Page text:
Today, we’ve got to talk about oral. One of the eleven Susans that I know (she’s #5 in order I have met them) wrote me an email late last night after an odd experience and although I spent a fair amount of time this morning considering this, I have little insight. So, with her permission, if not full-out encouragement and insistence, I turn this tidbit over to you, readers.
Yesterday evening, Susan #5 was fooling around, for the third time, with a fellow she has been dating for about six weeks. Everything seems to be going well between them and apparently the sex is good, or at least it was until it came to
a screeching halt last night. Susan #5’s gentlemen friend, you see, claims that he “flat refuses” to go down on a woman. Never has, never will, the end.
WHAT?!?, I gasp, feeling like a jerk for otherwise having respect for everybody’s individual sexual limits but being unable to muster even a shred of compassion for this dude.
But, it gets even weirder! He claims that “no self-respecting Italian Catholic would put their mouth near that stuff”…! First of all, “that stuff”? Like the vagina/clitoris/labia powerhouse is a fucking Tupperware container of moldy leftovers? Pardon? He can justify putting his dick there but not his mouth? I’m sorry? Obviously this leads to an abrupt end to their sexual encounter, and his encouraged departure, but not before he says, “Look, I’m sorry, okay? You can look it up if you want to.” (Even weirder– as if he is blindly obeying some strict law of Ways Italian-Americans Must Conduct Themselves…? Huh?)
So, Susan #5 and I have been Googling the hell out of this today because we are both, thankfully I suppose, free of any weird hang-ups ourselves and haven’t encountered any partners with many either.
We found this from UrbanDictionary.com right away that did not support his statement whatsoever:
“To say hello in Italian. To perform cunnilingus.” With the example given of: “Take off your pants. I’d like to say hello in Italian.” (Worst. Pick-up Line. Ever.)
But then, we dug this up:
“In pre-Christian ancient Rome sexual acts were generally seen through the prism of submission and control. This is apparent in the two Latin words for the act: ”irrumare” (to penetrate orally), and ”fellare” (to be penetrated orally). Under this system, it was considered to be abhorrent for a male to be in any way penetrated (be controlled) by another person of lower social standing during sex. This same logic also allowed a man to receive fellatio from a woman or another man of lower social status (such as a slave or debtor), because the man would be directing the actions of the person of lower rank. The Romans regarded oral sex as being far more shameful than, for example, anal sex — known practitioners were supposed to have foul breath and were often unwelcome as guests at a dinner table. So, whereas in Greece, where there was a tendency to see the person “performing” oral sex as active and the “receiving” party as passive, in Roman times fellatio and cunnilingus were perceived to be a passive and therefore shameful act for any man to perform, and oral sex between members of low social standing groups was considered superfluous and was often viewed as taboo. Therefore ”performing” any type of oral sex was considered to be a passive (as in submissive) act while ”receiving'”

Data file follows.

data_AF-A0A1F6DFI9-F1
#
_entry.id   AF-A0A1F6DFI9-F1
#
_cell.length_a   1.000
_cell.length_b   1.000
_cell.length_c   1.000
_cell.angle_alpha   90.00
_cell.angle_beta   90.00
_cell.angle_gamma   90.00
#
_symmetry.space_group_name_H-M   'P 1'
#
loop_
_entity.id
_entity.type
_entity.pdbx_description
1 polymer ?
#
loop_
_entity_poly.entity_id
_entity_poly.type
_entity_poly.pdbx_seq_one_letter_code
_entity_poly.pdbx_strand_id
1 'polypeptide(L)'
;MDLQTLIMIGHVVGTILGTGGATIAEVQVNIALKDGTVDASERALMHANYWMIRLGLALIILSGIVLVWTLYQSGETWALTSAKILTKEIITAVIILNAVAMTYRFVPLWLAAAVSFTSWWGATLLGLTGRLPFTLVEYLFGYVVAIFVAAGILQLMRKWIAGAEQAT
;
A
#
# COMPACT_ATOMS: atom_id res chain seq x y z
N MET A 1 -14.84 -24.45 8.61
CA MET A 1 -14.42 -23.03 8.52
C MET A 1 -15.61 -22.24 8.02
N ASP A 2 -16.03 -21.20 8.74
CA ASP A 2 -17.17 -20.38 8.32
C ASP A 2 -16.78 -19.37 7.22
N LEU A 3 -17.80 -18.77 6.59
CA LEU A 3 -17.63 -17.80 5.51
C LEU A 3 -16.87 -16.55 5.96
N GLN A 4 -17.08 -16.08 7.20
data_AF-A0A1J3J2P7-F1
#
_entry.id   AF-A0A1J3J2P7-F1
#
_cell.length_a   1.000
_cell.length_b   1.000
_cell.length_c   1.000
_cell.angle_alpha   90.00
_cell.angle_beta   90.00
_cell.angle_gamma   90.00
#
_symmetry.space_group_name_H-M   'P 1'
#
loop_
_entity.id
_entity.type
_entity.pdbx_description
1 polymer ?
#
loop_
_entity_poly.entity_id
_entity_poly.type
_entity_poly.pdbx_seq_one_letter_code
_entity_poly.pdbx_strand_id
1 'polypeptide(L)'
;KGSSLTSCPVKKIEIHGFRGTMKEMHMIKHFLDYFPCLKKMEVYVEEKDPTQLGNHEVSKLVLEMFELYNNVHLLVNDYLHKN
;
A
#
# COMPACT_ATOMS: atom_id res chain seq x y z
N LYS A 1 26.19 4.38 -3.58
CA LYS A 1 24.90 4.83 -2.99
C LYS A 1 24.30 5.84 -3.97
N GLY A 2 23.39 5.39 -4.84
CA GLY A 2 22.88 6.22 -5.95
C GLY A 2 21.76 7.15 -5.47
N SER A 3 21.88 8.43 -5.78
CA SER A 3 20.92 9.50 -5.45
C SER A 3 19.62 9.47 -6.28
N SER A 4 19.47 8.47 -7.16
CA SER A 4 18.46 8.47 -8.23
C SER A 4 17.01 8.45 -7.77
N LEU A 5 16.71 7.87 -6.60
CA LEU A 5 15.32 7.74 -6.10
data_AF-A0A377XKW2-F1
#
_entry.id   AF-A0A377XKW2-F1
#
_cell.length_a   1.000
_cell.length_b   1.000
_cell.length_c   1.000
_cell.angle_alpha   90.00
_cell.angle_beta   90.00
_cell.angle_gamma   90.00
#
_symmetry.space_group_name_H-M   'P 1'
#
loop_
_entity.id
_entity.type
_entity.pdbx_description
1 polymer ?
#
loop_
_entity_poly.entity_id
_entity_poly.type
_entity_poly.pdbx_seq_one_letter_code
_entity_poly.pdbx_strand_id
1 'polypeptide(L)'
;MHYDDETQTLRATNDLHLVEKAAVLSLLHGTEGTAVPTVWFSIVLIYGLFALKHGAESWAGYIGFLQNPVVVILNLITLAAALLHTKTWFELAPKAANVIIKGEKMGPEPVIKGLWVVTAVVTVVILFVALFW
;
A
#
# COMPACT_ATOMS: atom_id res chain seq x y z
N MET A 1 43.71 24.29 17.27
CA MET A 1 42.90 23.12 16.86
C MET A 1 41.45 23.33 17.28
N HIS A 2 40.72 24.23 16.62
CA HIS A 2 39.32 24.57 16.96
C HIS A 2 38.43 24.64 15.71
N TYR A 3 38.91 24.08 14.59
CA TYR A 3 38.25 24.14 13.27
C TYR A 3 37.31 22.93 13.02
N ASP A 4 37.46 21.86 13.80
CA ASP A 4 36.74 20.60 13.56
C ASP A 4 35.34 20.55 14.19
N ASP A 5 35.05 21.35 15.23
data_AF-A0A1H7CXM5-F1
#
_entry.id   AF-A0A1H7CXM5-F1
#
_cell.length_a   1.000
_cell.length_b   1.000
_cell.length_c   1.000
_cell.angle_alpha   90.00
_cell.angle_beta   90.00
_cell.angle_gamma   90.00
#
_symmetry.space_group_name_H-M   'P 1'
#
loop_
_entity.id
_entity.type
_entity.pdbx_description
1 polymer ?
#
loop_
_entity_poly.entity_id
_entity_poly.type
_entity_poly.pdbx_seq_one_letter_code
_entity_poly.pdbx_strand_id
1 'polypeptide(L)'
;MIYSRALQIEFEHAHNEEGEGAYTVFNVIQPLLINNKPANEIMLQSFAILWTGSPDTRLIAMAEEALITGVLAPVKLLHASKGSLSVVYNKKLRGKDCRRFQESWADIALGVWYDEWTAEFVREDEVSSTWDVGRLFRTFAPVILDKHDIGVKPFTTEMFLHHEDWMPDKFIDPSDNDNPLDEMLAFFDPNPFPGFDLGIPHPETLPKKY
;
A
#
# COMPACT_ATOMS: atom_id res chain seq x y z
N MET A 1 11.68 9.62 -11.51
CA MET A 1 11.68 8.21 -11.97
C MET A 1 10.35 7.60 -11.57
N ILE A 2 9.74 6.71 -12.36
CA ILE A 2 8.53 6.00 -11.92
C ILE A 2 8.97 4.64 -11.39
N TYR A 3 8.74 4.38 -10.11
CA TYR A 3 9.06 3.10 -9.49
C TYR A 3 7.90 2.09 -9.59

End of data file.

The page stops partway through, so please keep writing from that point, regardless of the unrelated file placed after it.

Then, on Discovery Health:
“Though cunnilingus is common among heterosexual and homosexual couples, not everyone engages in it. Some people, men and women, simply do not feel comfortable with it. Most reservations tend to center around three issues: first, that cunnilingus in unhygienic; second, that it is taboo; third, that cunnilingus is not a true expression of femininity or masculinity.”
“Historically and currently, oral sex, including cunnilingus, has been frowned upon in some cultures and by some religions. It is prohibited in some cultures and even illegal. Underlying the social disapproval and legal strictures are powerful age-old
religious prohibitions against oral-genital contact. Centuries of religious scholars have believed and preached that oral sex is unnatural and against divine law. Whether because genital-mouth contact was not a procreative act or because it was erroneously believed to be strictly a lesbian activity, cunnilingus was officially prohibited. In our culture the non-procreative aspect is the most pertinent in that it is the procreative potential of sex that has traditionally transformed it from bad to good in the eyes of many religions. The weight of religious teachings throughout history has had a strong influence on legal and social rules. Many states in the United States still have laws about what are termed “unnatural acts” which include prohibitions on mouth-genital contact.”
Anyway, this leaves us stranded and clueless. So, I’m turning this over to you, readers. Do I have any Italian-American, or Italian, readers who would like to prove/disprove this fellow’s claim? I refuse to believe that en entire group of people can agree on anything, so I avoid generalization like this at all costs. But, is there a basis for this guy’s claim? Do I have any reader who have encountered this situation with a dating partner? Do tell. You can comment and leave a fake name if you want. I don’t care. If someone is out there claiming that an entire ethnic or religious group is boycotting oral, I certainly want to hear all about it. If there is an old school cultural thing against oral, I’m all ears. Not only about that ethnic or religious group, but if there are other folks who want to weigh in on this, please do. I’m asking you, readers, who likes receiving it, who likes bestowing it, who is doesn’t like to get it, who doesn’t like to get it.
(I’ll go ahead and weigh in on my own Jewish world-view with this line of text by Paul Yedwab, “We often think of religious authorities as prudish, striving to repress all sexual enjoyment. Such is not the case in Judaism, however.”)